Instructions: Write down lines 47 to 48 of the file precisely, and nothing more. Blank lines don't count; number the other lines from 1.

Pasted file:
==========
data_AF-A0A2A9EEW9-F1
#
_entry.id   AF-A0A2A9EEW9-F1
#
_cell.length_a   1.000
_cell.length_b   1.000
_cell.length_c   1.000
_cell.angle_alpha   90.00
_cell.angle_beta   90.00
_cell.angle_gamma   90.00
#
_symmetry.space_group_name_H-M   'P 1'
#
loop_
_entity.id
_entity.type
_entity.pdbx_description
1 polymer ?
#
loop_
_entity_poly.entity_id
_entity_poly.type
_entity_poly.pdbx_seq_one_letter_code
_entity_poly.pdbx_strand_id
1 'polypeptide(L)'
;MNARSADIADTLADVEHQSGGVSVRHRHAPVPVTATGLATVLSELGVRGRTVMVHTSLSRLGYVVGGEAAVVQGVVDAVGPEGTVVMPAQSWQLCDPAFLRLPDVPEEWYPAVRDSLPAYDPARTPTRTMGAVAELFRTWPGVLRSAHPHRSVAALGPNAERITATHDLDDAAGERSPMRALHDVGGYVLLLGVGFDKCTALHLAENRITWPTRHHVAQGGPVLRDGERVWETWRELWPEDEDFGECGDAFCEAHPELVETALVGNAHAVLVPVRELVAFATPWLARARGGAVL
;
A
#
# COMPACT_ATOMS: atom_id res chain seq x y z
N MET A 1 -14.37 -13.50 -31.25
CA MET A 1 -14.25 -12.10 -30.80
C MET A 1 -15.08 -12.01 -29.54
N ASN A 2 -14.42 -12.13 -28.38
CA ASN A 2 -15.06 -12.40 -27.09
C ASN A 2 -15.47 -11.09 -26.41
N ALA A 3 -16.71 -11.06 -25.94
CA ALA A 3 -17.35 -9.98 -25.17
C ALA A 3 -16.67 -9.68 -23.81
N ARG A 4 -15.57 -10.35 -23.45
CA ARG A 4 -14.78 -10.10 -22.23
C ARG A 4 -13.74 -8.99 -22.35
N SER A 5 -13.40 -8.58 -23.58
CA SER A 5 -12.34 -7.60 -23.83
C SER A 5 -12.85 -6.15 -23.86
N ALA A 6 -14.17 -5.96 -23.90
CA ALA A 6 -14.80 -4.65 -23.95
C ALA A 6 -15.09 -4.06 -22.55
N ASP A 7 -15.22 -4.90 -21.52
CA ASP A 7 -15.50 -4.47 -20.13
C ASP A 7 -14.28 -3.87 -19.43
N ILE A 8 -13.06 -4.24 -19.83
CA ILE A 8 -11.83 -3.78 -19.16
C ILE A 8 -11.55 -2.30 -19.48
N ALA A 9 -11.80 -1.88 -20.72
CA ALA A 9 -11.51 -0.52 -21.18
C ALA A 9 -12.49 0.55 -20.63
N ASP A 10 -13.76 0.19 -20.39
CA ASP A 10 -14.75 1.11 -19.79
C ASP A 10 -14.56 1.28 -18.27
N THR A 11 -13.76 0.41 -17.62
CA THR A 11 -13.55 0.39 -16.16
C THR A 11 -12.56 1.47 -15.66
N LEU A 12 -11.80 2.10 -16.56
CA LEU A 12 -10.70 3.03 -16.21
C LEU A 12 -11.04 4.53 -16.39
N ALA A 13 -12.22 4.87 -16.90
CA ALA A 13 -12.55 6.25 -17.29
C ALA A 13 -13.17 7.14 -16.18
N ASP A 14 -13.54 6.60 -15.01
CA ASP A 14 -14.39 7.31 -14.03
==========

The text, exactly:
CA ALA A 6 -14.80 -4.65 -23.95
C ALA A 6 -15.09 -4.06 -22.55